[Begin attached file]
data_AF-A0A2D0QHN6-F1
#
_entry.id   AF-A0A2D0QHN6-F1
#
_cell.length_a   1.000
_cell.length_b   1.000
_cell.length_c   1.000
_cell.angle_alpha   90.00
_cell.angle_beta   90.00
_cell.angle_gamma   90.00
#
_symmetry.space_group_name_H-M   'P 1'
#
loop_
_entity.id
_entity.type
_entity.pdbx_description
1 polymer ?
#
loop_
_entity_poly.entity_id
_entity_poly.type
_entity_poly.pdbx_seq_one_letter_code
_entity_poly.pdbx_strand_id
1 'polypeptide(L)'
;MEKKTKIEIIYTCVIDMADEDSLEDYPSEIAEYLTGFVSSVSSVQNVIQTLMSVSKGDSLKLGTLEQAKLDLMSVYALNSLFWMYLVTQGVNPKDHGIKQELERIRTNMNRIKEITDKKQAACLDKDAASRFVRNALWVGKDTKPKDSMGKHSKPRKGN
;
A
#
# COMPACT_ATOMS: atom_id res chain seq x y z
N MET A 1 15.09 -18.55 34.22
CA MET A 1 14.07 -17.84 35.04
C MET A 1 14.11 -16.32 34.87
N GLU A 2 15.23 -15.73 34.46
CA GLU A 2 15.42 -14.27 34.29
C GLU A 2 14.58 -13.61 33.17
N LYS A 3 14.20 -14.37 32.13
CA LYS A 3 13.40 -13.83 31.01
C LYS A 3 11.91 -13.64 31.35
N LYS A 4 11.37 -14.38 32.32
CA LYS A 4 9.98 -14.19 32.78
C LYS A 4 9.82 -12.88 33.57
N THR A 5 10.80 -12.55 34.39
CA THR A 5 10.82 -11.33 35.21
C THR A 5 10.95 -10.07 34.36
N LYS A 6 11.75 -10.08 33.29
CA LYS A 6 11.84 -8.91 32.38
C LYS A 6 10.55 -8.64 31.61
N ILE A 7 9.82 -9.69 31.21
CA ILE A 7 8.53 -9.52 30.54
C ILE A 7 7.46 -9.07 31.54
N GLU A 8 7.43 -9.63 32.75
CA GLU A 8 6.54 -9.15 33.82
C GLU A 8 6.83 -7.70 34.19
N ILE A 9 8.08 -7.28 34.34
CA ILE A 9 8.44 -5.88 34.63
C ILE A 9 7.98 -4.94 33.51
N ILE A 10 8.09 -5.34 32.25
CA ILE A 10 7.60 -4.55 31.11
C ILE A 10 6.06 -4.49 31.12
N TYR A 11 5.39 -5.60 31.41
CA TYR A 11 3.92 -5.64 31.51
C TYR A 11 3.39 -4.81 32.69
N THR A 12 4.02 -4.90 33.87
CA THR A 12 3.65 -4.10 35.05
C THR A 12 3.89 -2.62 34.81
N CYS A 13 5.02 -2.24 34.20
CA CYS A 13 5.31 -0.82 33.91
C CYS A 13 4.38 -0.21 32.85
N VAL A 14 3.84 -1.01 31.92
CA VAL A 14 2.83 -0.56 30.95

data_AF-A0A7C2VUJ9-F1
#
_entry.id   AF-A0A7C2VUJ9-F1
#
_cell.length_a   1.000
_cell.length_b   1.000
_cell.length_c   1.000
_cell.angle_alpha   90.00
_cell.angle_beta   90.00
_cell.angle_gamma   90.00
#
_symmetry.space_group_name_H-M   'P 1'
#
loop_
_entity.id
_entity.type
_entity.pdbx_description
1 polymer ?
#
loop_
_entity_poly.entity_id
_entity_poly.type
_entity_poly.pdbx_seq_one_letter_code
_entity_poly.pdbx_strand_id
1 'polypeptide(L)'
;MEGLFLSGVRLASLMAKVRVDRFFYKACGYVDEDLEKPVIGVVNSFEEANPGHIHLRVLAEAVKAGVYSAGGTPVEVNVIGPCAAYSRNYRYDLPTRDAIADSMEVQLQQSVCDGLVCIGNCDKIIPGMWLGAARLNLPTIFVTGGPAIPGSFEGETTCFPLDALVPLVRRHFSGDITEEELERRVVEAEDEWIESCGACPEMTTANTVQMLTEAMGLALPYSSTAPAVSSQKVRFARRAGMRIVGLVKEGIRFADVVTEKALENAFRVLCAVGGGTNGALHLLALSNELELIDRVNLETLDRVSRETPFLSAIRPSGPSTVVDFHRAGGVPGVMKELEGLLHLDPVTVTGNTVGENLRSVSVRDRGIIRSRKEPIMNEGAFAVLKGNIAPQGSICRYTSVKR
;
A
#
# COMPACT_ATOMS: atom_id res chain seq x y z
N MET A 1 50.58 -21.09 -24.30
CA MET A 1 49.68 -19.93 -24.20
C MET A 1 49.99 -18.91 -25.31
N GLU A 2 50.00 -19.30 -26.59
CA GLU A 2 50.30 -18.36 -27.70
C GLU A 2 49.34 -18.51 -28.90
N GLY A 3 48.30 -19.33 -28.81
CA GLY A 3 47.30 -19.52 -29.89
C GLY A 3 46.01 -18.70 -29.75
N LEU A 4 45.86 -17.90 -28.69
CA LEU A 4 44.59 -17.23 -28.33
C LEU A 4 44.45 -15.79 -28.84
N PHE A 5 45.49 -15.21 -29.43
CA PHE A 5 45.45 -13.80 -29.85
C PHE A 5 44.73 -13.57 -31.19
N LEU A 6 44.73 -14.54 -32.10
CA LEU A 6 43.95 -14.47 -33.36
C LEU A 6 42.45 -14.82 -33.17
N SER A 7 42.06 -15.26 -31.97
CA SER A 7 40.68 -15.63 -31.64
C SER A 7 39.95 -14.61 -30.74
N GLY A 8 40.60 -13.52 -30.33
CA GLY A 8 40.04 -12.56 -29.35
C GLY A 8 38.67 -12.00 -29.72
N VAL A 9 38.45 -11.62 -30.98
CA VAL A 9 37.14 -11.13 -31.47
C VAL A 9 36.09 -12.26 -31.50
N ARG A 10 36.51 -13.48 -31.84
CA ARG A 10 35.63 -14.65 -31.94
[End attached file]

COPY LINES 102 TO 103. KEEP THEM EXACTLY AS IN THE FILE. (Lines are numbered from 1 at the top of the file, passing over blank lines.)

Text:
N MET A 1 50.58 -21.09 -24.30
CA MET A 1 49.68 -19.93 -24.20